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Bosnia and Rwanda: Connections Between Memory and Sexual Violence

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Abstract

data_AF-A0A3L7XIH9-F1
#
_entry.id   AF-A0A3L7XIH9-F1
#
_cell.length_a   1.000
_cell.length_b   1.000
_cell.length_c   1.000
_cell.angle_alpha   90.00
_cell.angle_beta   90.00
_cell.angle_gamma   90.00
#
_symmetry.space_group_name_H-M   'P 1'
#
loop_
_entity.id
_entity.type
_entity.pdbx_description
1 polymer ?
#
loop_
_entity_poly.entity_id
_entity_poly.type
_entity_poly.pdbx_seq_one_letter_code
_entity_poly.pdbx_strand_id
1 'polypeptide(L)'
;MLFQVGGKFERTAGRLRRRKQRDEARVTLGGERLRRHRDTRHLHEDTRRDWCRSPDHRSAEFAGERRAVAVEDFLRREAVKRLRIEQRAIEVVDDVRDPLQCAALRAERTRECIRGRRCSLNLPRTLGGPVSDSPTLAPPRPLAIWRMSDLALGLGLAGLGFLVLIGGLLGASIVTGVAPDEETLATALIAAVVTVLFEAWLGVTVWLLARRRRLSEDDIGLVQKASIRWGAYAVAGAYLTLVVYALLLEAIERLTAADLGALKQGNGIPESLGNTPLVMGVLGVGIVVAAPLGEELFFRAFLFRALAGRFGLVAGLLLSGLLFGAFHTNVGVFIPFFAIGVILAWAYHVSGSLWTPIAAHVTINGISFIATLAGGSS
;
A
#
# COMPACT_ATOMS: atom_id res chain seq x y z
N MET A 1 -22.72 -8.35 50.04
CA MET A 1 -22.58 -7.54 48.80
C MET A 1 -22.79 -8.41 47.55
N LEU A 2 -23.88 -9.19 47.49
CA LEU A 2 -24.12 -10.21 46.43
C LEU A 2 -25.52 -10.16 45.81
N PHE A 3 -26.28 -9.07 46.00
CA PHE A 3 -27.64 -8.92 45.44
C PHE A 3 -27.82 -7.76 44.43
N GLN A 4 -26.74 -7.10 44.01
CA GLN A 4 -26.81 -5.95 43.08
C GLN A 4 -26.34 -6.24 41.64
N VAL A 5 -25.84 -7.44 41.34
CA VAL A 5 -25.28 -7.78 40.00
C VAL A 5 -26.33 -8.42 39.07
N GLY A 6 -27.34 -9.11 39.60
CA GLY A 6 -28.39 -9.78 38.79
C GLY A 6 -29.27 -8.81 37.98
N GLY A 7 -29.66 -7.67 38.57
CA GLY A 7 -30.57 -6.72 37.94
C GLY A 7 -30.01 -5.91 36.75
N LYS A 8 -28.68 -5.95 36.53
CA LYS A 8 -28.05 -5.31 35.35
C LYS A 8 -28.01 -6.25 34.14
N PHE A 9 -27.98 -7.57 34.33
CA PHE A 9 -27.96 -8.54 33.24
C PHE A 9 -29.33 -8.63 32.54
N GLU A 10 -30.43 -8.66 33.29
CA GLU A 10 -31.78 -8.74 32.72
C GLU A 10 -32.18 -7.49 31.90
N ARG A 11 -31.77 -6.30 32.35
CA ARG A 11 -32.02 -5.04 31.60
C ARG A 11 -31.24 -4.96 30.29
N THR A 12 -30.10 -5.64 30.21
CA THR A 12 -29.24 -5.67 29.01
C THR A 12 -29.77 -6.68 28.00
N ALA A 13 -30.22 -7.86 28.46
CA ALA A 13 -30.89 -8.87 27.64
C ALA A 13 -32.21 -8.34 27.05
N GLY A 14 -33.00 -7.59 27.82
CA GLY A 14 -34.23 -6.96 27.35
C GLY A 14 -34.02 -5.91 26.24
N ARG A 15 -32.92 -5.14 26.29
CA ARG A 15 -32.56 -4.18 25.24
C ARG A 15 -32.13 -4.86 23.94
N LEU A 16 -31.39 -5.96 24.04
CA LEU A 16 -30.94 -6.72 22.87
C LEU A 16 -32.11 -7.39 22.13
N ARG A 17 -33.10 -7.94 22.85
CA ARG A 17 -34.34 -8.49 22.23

The conflicts in Bosnia and Rwanda in the mid-90’s are examples of the destructive power of collective memory of political violence, in both caes resulting in campaigns of ethnic cleansing and genocide characterised by extreme sexual violence and rape. Sexual violence and rape were recognised as being culturally, psychologically, symbolically and physically powerful weapons: indeed, campaigns of sexual violence were waged to avenge the wrongs of memory, and to forge new memories. In both countries a deep-rooted cultural memory of the ‘other’ became inextricably entwined with memories of colonial and post-colonial violence and crimes from both of the world wars. Political machinations recycled memories and symbols embedded in these memories to achieve contemporary political and economic objectives. This resulted in memories being renovated - even manufactured - and super-imposed over the present: the Hutus of Rwanda and the Serbians of the former Yugoslavia were filled with anger and hatred over wounds that now felt fresh. It is difficult to determine where state-imposed memories end and collective cultural memories begin. These histories had never been discussed fully and collectively in either country, leaving them vulnerable to manipulation by politicians and the media. Identities, real and manufactured, from WWII and older were brought back to life. Ethnicities became clear and rigid identities that embodied good and evil. Memory was a primary factor in starting these wars and in pushing the perpetrators over the edge of civil war onto a path of ethnic cleansing and genocide, resulting in vicious and intimate violence, and ultimately the perpetration of mass rape and sexual violence as strategies of war.